WikiLeaks founder drops ‘mass spying’ hint
WikiLeaks co-founder Julian Assange has given his strongest indication yet about the next big leak from his whistleblower organisation.
There has been rampant speculation about WikiLeaks’ next revelation following its recent release of a top secret military video showing an attack in Baghdad which killed more than a dozen people, including two employees of the Reuters news agency.
Bradley Manning, a US military intelligence officer based in Iraq, has been arrested on suspicion of leaking the video but it is also claimed that Manning bragged online that he had handed WikiLeaks 260,000 secret US State Department cables.
In an interview with the ABC’s Foreign Correspondent, Mr Assange said cryptically of WikiLeaks’ current project:
“I can give an analogy. If there had been mass spying that had affected many, many people and organisations and the details of that mass spying were released then that is something that would reveal that the interests of many people had been abused.”
He agreed it would be of the “calibre” of publishing information about the way the top secret Echelon system – the US-UK electronic spying network which eavesdrops on worldwide communications traffic – had been used.
Mr Assange also confirmed that WikiLeaks has a copy of a video showing a US military bombing of a western Afghan township which killed dozens of people, including children.
He noted, though, it was a very intricate case “substantially more complex” than the Iraq material WikiLeaks had released – referring to the gunship video.
uropean news media are reporting that Mr Assange has “surfaced from almost a month in hiding”, speaking at a freedom of information seminar at the European parliament in Brussels.
But during the course of the past month, Mr Assange has been talking to Foreign Correspondent for a program examining the efficacy of the WikiLeaks model.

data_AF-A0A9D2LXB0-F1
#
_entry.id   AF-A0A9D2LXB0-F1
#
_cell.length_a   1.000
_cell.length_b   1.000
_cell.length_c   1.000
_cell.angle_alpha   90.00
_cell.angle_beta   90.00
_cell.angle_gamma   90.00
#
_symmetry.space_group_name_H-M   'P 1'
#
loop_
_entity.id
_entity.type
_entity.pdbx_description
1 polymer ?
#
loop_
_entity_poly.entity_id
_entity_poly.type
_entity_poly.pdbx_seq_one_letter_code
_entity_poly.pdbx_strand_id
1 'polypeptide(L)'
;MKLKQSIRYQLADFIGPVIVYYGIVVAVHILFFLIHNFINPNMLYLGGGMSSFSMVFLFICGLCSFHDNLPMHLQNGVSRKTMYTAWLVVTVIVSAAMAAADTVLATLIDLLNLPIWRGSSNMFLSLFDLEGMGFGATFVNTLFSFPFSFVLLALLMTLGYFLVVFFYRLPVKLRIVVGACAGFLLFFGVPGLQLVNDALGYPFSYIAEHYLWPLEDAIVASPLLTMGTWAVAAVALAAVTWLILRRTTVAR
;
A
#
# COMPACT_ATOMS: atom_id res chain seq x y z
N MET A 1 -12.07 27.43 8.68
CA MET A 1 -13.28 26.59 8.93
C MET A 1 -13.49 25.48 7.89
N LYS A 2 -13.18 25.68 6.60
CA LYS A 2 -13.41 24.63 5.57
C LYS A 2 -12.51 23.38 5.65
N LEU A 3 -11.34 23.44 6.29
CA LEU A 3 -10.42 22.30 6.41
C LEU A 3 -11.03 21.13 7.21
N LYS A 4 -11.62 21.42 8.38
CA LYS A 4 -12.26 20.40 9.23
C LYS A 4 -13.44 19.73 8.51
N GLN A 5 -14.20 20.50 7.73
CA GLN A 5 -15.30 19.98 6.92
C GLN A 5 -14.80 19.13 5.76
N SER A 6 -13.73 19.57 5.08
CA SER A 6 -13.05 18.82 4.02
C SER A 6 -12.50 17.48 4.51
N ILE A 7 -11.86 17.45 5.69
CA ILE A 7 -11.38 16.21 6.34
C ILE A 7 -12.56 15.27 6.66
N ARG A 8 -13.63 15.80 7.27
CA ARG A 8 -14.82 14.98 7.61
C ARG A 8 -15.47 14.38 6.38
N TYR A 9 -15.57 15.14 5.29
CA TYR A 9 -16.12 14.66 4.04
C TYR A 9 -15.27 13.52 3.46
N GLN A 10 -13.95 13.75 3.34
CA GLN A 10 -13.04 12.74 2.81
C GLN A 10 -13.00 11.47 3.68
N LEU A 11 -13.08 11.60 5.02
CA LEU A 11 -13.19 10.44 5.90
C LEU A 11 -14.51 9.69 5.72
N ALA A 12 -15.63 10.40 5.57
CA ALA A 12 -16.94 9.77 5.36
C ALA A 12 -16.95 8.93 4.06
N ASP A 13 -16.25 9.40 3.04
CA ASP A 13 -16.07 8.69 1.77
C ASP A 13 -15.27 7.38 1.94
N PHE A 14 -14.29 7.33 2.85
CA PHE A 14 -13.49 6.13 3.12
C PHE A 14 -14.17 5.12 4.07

“What we want to create is a system where there is guaranteed free press across the world, the entire world, that every individual in the world has the ability to publish materials that is meaningful,” he said.
The program has also spoken directly to former computer hacker Adrian Lamo who blew the whistle on Bradley Manning after a boastful online discussion in which Lamo alleges the military intelligence adviser revealed himself as a significant WikiLeaks source.
“He proceeded to identify himself as an intelligence analyst and pose the question: What would you do if you have unprecedented access to classified data 14 hours a day seven days a week?” Mr Lamo said.
“He (Manning) was firing bullets into the air without thought to consequence of where they might land or who they might hit.”
WikiLeaks has built an information repository it thinks is foolproof. Instead of secret documents physically changing hands, they are anonymously sent to digital drop boxes and stored on servers around the world. Finally, they are posted on the WikiLeaks site.
During Foreign Correspondent’s assignment Mr Assange had been preparing to fly to New York to meet his hero – Daniel Ellsberg – the former US military analyst who leaked the Pentagon Papers which amounted to a devastating expose of the Vietnam War.